Character Introductions: Myna and Baya

Hey everyone! It’s been almost four years since I’ve gotten to do an entry introducing characters to The Land of Glass, but 2018 is the year we put out our first piece of DLC—a full-blown campaign that’s easily longer than any of the others. It will also be free. With that, I’d like to touch on the two people you’ll get to play as, a married couple from the Aboravin Jungle.


Myna is a huntress, tracker, and aspiring novelist. She wants to go on an adventure, write it all down, and then maybe have a victory drink at the nearest bar. Drink before you edit, not during. She’s a fairly practical woman, though practicality has its limits, as does following the rules. No one wants to read a book where the main adventurer is a saint, after all.


So, from a writing perspective, I really like Myna. She hits that cliche of “writers writing about writers,” but in a way that tweaks the trope: She doesn’t have much writing experience. Most writer characters I’ve encountered in fiction are published and know the trade, but Myna is really just throwing herself to the wolves and hoping for the best. But more than that, she’s just at it to have fun and see the world. I like the wonder, and the passion.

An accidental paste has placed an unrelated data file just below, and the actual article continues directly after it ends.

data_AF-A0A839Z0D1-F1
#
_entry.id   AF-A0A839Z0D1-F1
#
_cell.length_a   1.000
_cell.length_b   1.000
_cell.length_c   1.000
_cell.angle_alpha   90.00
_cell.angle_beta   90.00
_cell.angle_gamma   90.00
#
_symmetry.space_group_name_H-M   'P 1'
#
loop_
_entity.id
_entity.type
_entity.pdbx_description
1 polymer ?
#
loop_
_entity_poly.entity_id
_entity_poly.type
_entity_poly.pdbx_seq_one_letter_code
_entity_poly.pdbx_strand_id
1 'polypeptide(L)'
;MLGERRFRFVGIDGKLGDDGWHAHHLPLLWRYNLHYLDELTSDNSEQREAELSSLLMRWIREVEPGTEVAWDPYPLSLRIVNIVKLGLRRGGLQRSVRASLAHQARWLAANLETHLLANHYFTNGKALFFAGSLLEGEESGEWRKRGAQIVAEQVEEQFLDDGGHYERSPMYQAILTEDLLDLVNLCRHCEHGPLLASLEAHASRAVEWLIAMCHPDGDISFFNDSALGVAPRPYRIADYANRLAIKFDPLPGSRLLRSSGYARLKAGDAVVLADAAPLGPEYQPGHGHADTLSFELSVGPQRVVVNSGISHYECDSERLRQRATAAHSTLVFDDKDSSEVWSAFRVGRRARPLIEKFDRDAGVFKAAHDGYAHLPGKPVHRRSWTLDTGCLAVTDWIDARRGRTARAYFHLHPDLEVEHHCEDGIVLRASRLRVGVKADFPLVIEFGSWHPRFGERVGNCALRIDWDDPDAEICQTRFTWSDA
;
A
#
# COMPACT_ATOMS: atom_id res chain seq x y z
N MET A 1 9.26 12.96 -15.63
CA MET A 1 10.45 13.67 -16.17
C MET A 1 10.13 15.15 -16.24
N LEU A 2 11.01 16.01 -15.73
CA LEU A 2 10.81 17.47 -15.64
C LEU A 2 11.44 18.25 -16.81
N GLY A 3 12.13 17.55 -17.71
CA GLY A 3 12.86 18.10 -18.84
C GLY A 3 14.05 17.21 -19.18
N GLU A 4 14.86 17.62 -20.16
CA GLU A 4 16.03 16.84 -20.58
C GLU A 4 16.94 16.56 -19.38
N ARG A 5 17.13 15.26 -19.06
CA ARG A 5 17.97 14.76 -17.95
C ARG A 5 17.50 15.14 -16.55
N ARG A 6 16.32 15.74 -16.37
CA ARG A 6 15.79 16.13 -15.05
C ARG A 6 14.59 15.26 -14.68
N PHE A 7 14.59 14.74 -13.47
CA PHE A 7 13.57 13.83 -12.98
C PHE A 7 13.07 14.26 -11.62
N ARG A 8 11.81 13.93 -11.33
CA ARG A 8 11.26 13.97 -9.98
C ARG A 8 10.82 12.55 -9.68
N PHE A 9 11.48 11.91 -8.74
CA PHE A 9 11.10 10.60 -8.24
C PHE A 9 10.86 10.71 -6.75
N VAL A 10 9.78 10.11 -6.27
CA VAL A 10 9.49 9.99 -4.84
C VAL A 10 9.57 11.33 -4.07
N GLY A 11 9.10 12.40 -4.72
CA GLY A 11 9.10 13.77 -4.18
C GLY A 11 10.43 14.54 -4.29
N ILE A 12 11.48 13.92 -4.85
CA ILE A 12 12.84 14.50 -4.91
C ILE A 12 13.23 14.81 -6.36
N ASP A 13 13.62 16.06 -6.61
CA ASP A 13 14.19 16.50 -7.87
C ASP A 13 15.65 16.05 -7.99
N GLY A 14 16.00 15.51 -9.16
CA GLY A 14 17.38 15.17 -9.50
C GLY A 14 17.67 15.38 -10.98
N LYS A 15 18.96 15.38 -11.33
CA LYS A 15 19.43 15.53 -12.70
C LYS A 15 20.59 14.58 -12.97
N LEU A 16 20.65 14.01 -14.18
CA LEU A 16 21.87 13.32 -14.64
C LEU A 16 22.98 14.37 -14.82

Baya is a botanist and dabbler in conspiracy theories—he believes the Aboravin Jungle is secretly run by a coven of witches, and he’ll prove that fact if it kills him! If you’ve played The Land of Glass, then you know that he’s not wrong. He’s a little daft, and hot-headed.


Baya is a fun character, someone who thinks he’s smarter than he really is, but not in a destructive way. Sure he doesn’t like using maps, but getting lost is all part of the adventure, right? He’s got a good heart though, and he’s generally quick to try and help out or fix any mistakes he’s caused.

And there you have it, two adventurers off on a quest to write the best damn novel Vitrerran has ever seen! Well, more of a biography, I guess. They’re not keen on details, and so I won’t be either. I am, however, very excited to see this campaign go out to the public, because if you’ve enjoyed Pak and Coud or James and Marcus, I really think you’ll like these two. They’re a lot of fun, and they find themselves in some very strange predicaments.